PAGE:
Use hydrocortisone once or twice a day. A course of treatment of up to seven days is usually sufficient. Do not use it for longer than seven days unless you have been told to do so by your doctor.
You only need to use a small amount of cream or ointment. Apply it thinly and massage it gently into the skin until it disappears.
Hydrocortisone must not be used by children under 10 years, or by women who are pregnant, unless it has been prescribed by a doctor.
|Type of medicine||A mild topical corticosteroid|
|Used for||Mild inflammatory skin conditions such as eczema and dermatitis; insect bites; nappy rash|
|Also called||Dermacort®; Hc45®; Mildison®;|
|Available as||Cream and ointment|
Hydrocortisone is classed as a mild topical corticosteroid. Topical corticosteroids are also referred to as topical steroids. Topical steroids are used in addition to moisturisers (emollients) for treating inflammatory skin conditions such as eczema and dermatitis. A topical steroid can be used to relieve the symptoms when patches of eczema or dermatitis flare up. Hydrocortisone is also useful in reducing inflammation due to insect bites and stings. A doctor may also prescribe hydrocortisone to treat nappy rash in a baby or infant.
Hydrocortisone is available on prescription. It can also be bought without a prescription for the treatment of mild inflammatory conditions such as allergic contact dermatitis and insect stings in adults and older children. Hydrocortisone is also an ingredient in a number of preparations which contain an antibacterial or antifungal agent. These preparations are for use when there is a skin infection also present, such as in athlete's foot.
Do not confuse hydrocortisone creams and ointments with a much more potent topical steroid preparation which contains an ingredient called 'hydrocortisone butyrate'. Hydrocortisone butyrate is a potent topical steroid prescribed for severe skin conditions.
Before using hydrocortisone
To make sure this is the right treatment for you, before you start using hydrocortisone it is important that your doctor or pharmacist knows:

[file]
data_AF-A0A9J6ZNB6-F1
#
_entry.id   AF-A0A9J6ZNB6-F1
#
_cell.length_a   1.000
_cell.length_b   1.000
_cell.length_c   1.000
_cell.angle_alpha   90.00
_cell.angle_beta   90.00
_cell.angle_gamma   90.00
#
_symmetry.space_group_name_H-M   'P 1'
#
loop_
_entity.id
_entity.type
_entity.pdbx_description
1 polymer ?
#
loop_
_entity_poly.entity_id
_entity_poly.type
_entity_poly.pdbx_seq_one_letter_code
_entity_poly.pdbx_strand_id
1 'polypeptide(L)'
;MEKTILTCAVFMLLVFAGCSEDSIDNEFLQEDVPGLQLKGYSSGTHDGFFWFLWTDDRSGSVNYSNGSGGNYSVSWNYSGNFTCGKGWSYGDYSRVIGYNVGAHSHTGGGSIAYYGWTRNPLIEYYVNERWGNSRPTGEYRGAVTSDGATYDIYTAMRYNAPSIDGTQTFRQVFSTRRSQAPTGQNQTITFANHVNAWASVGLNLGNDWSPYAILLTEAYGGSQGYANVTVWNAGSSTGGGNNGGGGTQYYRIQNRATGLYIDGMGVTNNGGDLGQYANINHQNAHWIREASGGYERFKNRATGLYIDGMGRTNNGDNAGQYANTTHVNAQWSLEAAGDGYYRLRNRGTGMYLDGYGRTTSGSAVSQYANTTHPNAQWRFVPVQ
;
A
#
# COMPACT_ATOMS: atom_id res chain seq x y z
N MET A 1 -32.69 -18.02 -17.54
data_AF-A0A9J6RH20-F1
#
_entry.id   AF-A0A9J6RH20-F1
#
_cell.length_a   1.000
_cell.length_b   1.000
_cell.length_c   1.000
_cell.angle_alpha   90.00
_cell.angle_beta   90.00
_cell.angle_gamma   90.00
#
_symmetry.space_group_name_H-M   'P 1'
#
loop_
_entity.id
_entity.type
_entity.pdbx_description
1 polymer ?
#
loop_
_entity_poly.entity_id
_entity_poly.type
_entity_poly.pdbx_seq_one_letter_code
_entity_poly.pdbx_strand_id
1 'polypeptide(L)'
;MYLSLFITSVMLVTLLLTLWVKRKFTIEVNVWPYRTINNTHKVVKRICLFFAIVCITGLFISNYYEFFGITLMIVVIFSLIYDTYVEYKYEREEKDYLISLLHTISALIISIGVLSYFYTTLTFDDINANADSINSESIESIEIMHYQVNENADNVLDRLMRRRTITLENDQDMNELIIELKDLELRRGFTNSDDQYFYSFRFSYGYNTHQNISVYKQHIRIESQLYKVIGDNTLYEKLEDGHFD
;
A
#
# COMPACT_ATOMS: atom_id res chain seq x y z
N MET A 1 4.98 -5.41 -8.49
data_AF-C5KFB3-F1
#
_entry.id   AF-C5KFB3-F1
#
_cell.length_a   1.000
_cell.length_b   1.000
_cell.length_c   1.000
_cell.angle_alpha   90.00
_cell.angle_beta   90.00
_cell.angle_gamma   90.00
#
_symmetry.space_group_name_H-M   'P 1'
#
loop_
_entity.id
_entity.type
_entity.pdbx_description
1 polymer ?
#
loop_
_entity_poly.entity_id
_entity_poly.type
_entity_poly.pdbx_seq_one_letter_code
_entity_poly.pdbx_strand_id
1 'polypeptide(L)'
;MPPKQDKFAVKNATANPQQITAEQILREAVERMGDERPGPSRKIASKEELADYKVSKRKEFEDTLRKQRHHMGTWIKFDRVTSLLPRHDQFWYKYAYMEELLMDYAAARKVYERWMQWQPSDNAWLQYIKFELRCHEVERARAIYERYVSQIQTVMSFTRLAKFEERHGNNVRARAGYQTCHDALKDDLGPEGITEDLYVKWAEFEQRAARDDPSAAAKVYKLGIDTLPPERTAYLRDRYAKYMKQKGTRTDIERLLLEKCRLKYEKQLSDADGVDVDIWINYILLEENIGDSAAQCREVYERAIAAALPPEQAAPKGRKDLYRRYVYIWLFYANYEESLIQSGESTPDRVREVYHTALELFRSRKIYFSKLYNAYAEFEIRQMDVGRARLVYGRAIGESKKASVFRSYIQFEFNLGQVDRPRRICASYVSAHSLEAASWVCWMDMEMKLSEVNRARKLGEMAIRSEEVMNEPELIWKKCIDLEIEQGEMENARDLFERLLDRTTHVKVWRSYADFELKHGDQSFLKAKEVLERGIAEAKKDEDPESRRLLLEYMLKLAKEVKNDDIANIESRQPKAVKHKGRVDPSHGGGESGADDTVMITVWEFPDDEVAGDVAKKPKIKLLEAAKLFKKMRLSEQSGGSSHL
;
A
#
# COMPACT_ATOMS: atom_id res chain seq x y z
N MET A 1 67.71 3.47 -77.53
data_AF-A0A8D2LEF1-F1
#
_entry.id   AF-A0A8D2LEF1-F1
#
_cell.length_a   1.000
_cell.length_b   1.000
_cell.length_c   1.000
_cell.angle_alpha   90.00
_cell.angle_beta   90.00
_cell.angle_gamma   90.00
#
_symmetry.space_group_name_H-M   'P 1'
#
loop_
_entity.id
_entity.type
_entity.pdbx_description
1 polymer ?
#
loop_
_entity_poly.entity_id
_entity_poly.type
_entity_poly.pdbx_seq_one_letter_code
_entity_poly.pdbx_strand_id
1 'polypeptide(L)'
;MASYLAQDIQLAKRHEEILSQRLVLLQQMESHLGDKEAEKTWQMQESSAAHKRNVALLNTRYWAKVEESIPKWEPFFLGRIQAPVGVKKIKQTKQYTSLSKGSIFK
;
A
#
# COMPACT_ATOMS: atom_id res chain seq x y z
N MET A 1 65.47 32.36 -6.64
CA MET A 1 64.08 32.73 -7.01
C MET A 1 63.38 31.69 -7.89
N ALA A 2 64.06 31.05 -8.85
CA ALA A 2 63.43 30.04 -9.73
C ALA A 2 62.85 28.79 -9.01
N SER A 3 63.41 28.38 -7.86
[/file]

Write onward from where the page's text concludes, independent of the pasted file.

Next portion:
- If you have any areas of infected skin.
- If you have rosacea or acne.
- If it is for a child under 10 years of age. This is because hydrocortisone should only be used in children on the recommendation of a doctor.
- If you are pregnant or breastfeeding. This is because, while you are expecting or feeding a baby, you should only use medicines on the recommendation of a doctor.
- If you have ever had an allergic reaction to a skin preparation.
How to use hydrocortisone
- Before you start using the preparation, read the manufacturer's printed information leaflet from inside the pack. It will give you more information about topical steroids and will provide you with a full list of the side-effects that you may experience from using them.
- Apply a small amount to the areas of skin which are inflamed. Then gently rub it into the skin until it has disappeared. Do not use it on areas of broken skin or on open sores. Unless you have been supplied with a preparation which also contains an anti-infective agent (such as miconazole or clotrimazole), do not use it on any areas of infected skin.
- Apply the cream/ointment once or twice a day. It must not be applied more often than twice a day, and once a day is often sufficient.
- If you are using more than one topical corticosteroid, make sure you know when and where to use each one. If you are unsure, check with your doctor or ask your pharmacist for further advice.
- After you have applied hydrocortisone, remember to wash your hands (unless your hands are the treated area).
- Children are susceptible to side-effects from topical steroids. The main concern is for children who need frequent courses, as it can have an effect on their growth and this may need to be monitored. If your child has been prescribed hydrocortisone, follow the directions you have been given very carefully, and do not use it for longer than you have been told to. As a general rule, it should not be used for more than one week in children. It is not suitable for children under 10 years of age unless it has been prescribed by a doctor.